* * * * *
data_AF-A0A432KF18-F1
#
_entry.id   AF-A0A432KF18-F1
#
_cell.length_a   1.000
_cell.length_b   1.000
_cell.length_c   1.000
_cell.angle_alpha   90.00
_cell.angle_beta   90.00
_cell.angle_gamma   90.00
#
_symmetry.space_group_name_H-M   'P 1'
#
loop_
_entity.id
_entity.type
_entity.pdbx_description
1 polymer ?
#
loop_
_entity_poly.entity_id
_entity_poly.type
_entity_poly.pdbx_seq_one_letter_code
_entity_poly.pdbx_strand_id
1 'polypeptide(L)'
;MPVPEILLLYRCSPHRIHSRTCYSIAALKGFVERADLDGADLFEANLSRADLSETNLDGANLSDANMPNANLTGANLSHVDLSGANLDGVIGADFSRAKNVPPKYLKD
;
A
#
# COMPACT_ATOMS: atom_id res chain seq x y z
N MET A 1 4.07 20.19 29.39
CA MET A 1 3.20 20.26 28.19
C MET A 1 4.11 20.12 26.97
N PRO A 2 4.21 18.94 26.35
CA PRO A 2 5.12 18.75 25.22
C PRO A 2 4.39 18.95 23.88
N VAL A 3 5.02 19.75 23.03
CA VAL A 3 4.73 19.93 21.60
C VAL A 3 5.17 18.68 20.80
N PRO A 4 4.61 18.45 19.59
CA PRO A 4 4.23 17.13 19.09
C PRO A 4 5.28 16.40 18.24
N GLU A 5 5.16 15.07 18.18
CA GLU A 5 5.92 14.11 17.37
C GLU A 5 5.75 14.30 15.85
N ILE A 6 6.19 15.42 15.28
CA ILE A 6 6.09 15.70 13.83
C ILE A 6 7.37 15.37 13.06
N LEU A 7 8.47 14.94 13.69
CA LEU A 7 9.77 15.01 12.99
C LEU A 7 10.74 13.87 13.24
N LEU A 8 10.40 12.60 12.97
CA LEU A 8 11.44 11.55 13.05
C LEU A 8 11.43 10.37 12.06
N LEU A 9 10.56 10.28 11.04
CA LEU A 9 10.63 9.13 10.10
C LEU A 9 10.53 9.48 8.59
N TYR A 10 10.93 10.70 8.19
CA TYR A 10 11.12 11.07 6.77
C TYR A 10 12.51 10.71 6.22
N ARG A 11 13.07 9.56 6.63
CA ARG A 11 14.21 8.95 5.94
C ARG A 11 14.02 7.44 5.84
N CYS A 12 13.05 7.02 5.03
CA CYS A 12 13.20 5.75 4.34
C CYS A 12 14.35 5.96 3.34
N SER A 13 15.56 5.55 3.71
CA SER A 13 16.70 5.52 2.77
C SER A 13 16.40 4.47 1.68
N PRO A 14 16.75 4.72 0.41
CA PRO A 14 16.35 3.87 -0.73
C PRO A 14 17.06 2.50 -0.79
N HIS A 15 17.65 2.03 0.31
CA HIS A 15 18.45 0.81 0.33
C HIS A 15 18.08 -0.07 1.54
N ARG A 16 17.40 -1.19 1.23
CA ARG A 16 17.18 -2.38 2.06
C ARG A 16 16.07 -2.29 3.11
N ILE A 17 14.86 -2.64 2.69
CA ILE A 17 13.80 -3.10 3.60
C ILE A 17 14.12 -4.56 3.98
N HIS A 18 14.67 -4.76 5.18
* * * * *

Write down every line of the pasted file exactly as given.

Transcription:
data_AF-A0A432KF18-F1
#
_entry.id   AF-A0A432KF18-F1
#
_cell.length_a   1.000
_cell.length_b   1.000
_cell.length_c   1.000
_cell.angle_alpha   90.00
_cell.angle_beta   90.00
_cell.angle_gamma   90.00
#
_symmetry.space_group_name_H-M   'P 1'
#
loop_
_entity.id
_entity.type
_entity.pdbx_description
1 polymer ?
#
loop_
_entity_poly.entity_id
_entity_poly.type
_entity_poly.pdbx_seq_one_letter_code
_entity_poly.pdbx_strand_id
1 'polypeptide(L)'
;MPVPEILLLYRCSPHRIHSRTCYSIAALKGFVERADLDGADLFEANLSRADLSETNLDGANLSDANMPNANLTGANLSHVDLSGANLDGVIGADFSRAKNVPPKYLKD
;
A
#
# COMPACT_ATOMS: atom_id res chain seq x y z
N MET A 1 4.07 20.19 29.39
CA MET A 1 3.20 20.26 28.19
C MET A 1 4.11 20.12 26.97
N PRO A 2 4.21 18.94 26.35
CA PRO A 2 5.12 18.75 25.22
C PRO A 2 4.39 18.95 23.88
N VAL A 3 5.02 19.75 23.03
CA VAL A 3 4.73 19.93 21.60
C VAL A 3 5.17 18.68 20.80
N PRO A 4 4.61 18.45 19.59
CA PRO A 4 4.23 17.13 19.09
C PRO A 4 5.28 16.40 18.24
N GLU A 5 5.16 15.07 18.18
CA GLU A 5 5.92 14.11 17.37
C GLU A 5 5.75 14.30 15.85
N ILE A 6 6.19 15.42 15.28
CA ILE A 6 6.09 15.70 13.83
C ILE A 6 7.37 15.37 13.06
N LEU A 7 8.47 14.94 13.69
CA LEU A 7 9.77 15.01 12.99
C LEU A 7 10.74 13.87 13.24
N LEU A 8 10.40 12.60 12.97
CA LEU A 8 11.44 11.55 13.05
C LEU A 8 11.43 10.37 12.06
N LEU A 9 10.56 10.28 11.04
CA LEU A 9 10.63 9.13 10.10
C LEU A 9 10.53 9.48 8.59
N TYR A 10 10.93 10.70 8.19
CA TYR A 10 11.12 11.07 6.77
C TYR A 10 12.51 10.71 6.22
N ARG A 11 13.07 9.56 6.63
CA ARG A 11 14.21 8.95 5.94
C ARG A 11 14.02 7.44 5.84
N CYS A 12 13.05 7.02 5.03
CA CYS A 12 13.20 5.75 4.34
C CYS A 12 14.35 5.96 3.34
N SER A 13 15.56 5.55 3.71
CA SER A 13 16.70 5.52 2.77
C SER A 13 16.40 4.47 1.68
N PRO A 14 16.75 4.72 0.41
CA PRO A 14 16.35 3.87 -0.73
C PRO A 14 17.06 2.50 -0.79
N HIS A 15 17.65 2.03 0.31
CA HIS A 15 18.45 0.81 0.33
C HIS A 15 18.08 -0.07 1.54
N ARG A 16 17.40 -1.19 1.23
CA ARG A 16 17.18 -2.38 2.06
C ARG A 16 16.07 -2.29 3.11
N ILE A 17 14.86 -2.64 2.69
CA ILE A 17 13.80 -3.10 3.60
C ILE A 17 14.12 -4.56 3.98
N HIS A 18 14.67 -4.76 5.18